Treatise on Sustainability Science and Engineering edition:XIII pages:30-42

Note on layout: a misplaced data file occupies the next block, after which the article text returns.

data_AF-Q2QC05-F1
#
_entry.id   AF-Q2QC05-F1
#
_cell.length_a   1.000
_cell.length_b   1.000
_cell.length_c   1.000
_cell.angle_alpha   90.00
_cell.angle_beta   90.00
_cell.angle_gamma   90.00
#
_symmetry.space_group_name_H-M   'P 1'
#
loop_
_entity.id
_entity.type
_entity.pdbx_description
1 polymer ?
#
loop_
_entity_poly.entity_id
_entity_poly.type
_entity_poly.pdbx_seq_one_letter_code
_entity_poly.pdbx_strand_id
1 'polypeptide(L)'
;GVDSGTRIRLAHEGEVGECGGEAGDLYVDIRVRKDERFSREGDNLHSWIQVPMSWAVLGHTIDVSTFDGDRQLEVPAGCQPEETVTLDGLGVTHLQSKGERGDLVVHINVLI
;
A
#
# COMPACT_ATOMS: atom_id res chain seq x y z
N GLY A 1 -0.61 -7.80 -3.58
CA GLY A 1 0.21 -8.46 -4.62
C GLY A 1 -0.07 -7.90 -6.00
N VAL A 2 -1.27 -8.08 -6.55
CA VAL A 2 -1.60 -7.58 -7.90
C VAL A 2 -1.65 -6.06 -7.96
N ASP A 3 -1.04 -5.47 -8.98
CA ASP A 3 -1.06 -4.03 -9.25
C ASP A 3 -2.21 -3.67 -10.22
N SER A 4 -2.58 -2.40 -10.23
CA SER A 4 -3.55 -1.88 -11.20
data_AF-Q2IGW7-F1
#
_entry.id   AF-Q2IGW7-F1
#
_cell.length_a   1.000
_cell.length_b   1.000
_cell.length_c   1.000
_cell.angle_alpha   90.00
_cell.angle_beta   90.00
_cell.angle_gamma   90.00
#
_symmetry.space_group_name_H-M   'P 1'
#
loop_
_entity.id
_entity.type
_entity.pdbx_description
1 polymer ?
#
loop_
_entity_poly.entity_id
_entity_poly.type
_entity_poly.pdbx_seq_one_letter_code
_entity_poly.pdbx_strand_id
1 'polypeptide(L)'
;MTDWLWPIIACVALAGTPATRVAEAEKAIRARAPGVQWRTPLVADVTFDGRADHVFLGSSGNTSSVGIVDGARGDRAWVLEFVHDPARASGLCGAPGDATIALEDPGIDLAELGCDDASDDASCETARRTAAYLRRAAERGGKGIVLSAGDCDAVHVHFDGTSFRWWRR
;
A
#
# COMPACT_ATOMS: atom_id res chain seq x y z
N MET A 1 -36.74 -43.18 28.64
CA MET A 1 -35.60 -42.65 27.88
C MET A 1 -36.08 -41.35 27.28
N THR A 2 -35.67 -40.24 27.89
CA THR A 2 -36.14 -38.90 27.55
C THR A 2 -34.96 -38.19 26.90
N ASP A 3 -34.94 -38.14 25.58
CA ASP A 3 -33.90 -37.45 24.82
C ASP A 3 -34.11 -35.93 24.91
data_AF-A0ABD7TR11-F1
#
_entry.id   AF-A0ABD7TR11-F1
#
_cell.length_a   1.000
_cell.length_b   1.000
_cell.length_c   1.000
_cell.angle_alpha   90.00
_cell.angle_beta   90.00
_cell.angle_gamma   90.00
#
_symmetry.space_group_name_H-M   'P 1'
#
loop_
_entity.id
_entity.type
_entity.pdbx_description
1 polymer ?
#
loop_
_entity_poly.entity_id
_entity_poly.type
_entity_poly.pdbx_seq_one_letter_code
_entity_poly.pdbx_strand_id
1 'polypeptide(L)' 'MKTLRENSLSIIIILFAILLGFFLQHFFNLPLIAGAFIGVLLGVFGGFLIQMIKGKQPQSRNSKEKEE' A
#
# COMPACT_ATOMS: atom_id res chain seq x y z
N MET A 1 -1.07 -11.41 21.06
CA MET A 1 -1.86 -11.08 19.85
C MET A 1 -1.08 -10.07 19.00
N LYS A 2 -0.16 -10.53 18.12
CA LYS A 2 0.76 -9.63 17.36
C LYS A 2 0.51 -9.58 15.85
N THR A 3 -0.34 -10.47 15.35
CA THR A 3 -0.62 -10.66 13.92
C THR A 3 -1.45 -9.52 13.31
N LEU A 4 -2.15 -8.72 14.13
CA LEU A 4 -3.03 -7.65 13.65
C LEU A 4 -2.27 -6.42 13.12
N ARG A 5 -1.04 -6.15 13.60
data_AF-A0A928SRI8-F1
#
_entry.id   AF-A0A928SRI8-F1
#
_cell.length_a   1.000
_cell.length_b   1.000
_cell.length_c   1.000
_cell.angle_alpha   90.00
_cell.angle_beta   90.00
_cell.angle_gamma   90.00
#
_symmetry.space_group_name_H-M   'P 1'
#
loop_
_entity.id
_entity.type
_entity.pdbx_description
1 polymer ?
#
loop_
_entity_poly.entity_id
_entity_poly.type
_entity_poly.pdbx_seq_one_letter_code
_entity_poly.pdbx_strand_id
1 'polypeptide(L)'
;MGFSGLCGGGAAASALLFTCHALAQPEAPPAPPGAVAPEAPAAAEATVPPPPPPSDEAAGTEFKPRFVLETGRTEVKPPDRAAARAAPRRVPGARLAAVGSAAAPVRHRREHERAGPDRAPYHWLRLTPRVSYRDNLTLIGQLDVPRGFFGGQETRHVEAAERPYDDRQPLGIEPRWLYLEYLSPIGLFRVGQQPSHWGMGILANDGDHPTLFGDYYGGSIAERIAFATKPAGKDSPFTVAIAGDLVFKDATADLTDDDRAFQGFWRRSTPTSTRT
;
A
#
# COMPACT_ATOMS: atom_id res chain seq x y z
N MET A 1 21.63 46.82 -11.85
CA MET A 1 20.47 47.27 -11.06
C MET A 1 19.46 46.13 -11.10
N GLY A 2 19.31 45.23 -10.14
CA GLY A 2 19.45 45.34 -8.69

Traditionally eco-design has been steered by an implicit hierarchy of preferences with respect to the end-of-life options for products of which the total life cycle impact is to be minimized. In this context, life time extension is typically preferred over disassembly for reuse of components, which in its turn is preferred over material recycling. However, this priority hierarchy is often too simplistic to accept it as a general applicable guideline: both ecological and economic considerations can make life time extension and/or the reuse of components non-favourable strategies in cases where product performance and resource efficiency may evolve rapidly as result of continuous innovation. Furthermore, where ecological indicators might confirm the suitability of a life time extension strategy at component level, economic constraints often make such scenarios infeasible. De facto today few disassembly activities prove to be economically viable. However, the emergence of new technologies and business strategies could indicate a reversal of the trend to abandon the higher priority end-of-life treatment methods for manufactured goods. Based on extensive, case study driven research, successful business models were revealed that improve the economic viability of systematic product reuse, refurbishment or disassembly in function of component reuse. Where material recycling proves to be the only realistic scenario, newly emerging self-disassembly techniques could help to improve the feasibility of pure material fraction separation before shredding is applied.